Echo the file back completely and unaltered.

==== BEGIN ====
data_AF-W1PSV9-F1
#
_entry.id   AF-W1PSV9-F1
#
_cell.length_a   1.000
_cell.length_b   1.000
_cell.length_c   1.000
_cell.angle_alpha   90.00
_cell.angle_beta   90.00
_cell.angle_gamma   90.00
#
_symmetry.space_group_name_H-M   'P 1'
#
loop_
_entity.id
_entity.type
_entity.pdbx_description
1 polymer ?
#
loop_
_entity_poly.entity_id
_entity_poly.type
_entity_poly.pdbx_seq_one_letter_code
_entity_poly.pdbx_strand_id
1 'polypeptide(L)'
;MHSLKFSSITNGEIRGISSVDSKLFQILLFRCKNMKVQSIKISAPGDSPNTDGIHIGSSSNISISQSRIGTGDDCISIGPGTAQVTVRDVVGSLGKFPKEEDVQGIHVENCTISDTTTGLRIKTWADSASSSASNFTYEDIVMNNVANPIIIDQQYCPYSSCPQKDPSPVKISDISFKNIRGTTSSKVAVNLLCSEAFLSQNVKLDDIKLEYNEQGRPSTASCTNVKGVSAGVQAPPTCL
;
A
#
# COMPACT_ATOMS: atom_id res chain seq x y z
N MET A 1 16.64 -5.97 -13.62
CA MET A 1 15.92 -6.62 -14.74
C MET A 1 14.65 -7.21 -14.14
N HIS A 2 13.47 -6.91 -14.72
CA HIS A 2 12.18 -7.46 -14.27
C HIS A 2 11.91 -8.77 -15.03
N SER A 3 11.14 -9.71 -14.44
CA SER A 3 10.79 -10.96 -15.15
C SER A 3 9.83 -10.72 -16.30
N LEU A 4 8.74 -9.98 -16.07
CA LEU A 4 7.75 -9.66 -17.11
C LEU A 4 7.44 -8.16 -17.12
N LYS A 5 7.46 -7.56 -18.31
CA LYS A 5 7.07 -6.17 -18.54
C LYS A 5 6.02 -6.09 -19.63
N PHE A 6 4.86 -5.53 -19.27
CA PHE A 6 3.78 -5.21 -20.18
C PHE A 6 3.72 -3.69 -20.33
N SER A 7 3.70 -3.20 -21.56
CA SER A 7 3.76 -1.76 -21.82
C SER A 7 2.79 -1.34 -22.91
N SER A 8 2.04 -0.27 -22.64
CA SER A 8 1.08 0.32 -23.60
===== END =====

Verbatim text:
data_AF-W1PSV9-F1
#
_entry.id   AF-W1PSV9-F1
#
_cell.length_a   1.000
_cell.length_b   1.000
_cell.length_c   1.000
_cell.angle_alpha   90.00
_cell.angle_beta   90.00
_cell.angle_gamma   90.00
#
_symmetry.space_group_name_H-M   'P 1'
#
loop_
_entity.id
_entity.type
_entity.pdbx_description
1 polymer ?
#
loop_
_entity_poly.entity_id
_entity_poly.type
_entity_poly.pdbx_seq_one_letter_code
_entity_poly.pdbx_strand_id
1 'polypeptide(L)'
;MHSLKFSSITNGEIRGISSVDSKLFQILLFRCKNMKVQSIKISAPGDSPNTDGIHIGSSSNISISQSRIGTGDDCISIGPGTAQVTVRDVVGSLGKFPKEEDVQGIHVENCTISDTTTGLRIKTWADSASSSASNFTYEDIVMNNVANPIIIDQQYCPYSSCPQKDPSPVKISDISFKNIRGTTSSKVAVNLLCSEAFLSQNVKLDDIKLEYNEQGRPSTASCTNVKGVSAGVQAPPTCL
;
A
#
# COMPACT_ATOMS: atom_id res chain seq x y z
N MET A 1 16.64 -5.97 -13.62
CA MET A 1 15.92 -6.62 -14.74
C MET A 1 14.65 -7.21 -14.14
N HIS A 2 13.47 -6.91 -14.72
CA HIS A 2 12.18 -7.46 -14.27
C HIS A 2 11.91 -8.77 -15.03
N SER A 3 11.14 -9.71 -14.44
CA SER A 3 10.79 -10.96 -15.15
C SER A 3 9.83 -10.72 -16.30
N LEU A 4 8.74 -9.98 -16.07
CA LEU A 4 7.75 -9.66 -17.11
C LEU A 4 7.44 -8.16 -17.12
N LYS A 5 7.46 -7.56 -18.31
CA LYS A 5 7.07 -6.17 -18.54
C LYS A 5 6.02 -6.09 -19.63
N PHE A 6 4.86 -5.53 -19.27
CA PHE A 6 3.78 -5.21 -20.18
C PHE A 6 3.72 -3.69 -20.33
N SER A 7 3.70 -3.20 -21.56
CA SER A 7 3.76 -1.76 -21.82
C SER A 7 2.79 -1.34 -22.91
N SER A 8 2.04 -0.27 -22.64
CA SER A 8 1.08 0.32 -23.60